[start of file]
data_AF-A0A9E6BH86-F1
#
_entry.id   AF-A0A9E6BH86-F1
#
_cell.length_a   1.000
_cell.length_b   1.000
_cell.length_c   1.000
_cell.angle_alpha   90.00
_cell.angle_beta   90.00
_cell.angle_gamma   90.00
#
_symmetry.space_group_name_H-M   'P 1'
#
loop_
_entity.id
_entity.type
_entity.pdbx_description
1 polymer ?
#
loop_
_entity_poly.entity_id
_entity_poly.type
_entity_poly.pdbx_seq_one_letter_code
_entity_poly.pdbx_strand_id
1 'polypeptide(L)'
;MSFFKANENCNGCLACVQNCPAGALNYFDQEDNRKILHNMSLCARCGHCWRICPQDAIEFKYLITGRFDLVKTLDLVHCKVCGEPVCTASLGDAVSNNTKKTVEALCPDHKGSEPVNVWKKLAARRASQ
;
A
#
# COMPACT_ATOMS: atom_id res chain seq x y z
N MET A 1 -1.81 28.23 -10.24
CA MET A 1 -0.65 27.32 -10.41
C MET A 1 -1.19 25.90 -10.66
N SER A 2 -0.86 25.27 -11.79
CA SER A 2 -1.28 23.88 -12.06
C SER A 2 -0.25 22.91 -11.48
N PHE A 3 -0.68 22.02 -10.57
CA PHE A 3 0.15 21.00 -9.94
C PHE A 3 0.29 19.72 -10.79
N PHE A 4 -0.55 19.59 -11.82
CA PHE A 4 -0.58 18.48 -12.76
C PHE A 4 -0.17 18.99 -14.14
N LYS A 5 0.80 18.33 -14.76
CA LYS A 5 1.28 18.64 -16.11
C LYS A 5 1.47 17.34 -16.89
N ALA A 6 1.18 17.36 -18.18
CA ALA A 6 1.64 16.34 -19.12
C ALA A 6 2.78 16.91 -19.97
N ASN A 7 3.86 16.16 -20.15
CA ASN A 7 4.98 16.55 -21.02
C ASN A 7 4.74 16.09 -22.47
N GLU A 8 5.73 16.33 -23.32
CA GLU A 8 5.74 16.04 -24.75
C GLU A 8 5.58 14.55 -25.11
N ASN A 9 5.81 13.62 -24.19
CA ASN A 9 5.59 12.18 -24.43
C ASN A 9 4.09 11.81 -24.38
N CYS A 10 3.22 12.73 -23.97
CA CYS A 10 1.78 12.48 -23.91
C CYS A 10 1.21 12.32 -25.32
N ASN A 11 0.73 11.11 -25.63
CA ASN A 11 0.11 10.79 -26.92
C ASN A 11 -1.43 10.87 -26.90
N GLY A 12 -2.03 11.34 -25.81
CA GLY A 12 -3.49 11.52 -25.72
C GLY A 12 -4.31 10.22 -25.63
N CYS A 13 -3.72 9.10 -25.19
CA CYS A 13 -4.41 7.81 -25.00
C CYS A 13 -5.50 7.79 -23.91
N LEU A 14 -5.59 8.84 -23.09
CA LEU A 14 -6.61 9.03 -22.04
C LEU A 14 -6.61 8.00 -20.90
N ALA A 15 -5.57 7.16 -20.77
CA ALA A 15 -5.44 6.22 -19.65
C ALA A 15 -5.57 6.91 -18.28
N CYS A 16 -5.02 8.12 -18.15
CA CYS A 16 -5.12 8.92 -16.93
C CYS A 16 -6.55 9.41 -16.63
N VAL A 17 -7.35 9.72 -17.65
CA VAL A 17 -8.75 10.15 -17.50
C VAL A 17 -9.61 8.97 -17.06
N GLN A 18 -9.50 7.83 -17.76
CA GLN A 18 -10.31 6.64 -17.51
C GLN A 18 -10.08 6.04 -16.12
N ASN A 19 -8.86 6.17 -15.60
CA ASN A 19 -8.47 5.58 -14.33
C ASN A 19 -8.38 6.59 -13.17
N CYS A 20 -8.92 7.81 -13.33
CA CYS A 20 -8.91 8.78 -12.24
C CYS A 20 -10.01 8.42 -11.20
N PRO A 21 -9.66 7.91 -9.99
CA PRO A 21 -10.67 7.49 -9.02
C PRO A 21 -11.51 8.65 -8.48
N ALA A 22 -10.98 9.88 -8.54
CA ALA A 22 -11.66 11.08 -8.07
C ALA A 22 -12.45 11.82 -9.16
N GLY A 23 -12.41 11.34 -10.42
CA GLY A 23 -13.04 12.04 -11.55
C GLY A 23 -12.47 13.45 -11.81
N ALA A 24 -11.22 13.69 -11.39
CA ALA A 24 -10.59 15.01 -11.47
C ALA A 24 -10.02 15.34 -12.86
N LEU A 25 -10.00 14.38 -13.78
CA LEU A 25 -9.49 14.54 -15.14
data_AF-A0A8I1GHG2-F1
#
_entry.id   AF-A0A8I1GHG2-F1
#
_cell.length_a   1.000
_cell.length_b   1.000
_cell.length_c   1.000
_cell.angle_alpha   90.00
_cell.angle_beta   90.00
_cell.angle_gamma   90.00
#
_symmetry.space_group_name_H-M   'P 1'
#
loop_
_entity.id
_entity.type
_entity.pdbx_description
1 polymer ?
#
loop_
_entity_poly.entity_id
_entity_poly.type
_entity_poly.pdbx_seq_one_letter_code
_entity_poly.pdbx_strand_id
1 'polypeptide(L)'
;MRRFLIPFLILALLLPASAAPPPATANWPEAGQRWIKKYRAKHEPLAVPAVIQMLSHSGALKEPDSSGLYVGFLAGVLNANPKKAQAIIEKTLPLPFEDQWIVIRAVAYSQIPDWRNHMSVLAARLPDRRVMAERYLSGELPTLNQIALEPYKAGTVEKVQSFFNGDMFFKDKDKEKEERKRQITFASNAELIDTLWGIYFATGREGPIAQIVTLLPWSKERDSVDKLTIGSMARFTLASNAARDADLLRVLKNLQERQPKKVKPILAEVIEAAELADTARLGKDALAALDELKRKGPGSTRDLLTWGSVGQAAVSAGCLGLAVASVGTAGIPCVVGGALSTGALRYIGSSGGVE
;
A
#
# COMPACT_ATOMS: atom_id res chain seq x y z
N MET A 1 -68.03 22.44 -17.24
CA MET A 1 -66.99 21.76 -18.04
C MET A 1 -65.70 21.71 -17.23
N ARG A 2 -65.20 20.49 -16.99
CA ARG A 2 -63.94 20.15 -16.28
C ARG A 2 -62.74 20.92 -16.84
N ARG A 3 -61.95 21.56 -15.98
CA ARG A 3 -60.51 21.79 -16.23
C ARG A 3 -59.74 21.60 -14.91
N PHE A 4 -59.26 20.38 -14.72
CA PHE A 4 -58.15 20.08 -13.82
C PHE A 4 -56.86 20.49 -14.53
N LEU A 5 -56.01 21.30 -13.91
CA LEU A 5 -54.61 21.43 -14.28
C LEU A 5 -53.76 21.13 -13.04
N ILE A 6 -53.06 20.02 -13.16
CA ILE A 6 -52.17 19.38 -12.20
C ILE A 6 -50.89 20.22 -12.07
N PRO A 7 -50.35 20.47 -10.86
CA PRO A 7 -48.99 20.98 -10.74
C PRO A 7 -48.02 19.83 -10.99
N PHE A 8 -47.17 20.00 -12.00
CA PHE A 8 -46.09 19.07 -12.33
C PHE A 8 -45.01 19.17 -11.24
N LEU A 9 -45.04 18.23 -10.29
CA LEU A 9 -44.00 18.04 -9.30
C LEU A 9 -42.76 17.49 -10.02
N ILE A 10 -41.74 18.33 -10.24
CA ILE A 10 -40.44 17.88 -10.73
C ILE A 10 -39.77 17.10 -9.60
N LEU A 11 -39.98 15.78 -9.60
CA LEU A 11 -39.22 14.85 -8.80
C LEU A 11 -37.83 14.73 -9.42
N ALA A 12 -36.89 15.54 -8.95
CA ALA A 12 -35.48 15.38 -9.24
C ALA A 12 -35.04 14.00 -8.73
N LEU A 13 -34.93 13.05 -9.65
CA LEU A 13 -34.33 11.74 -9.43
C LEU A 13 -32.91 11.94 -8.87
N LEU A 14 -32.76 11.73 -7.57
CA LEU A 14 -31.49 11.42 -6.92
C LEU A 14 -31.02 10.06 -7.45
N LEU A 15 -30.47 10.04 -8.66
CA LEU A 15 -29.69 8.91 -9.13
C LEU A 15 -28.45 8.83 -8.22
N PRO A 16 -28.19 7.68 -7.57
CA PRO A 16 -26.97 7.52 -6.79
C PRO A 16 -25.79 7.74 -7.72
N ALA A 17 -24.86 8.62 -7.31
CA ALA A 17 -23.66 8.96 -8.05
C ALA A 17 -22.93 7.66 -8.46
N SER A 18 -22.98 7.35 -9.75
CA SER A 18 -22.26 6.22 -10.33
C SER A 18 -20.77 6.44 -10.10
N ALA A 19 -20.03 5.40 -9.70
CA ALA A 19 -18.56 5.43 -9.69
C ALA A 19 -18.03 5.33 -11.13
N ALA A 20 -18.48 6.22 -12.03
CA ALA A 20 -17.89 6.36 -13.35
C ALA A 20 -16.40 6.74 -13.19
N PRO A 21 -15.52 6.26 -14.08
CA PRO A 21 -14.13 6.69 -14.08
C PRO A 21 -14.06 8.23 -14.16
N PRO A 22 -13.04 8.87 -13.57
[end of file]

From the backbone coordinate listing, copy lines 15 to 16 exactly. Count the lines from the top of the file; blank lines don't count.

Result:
_entity.id
_entity.type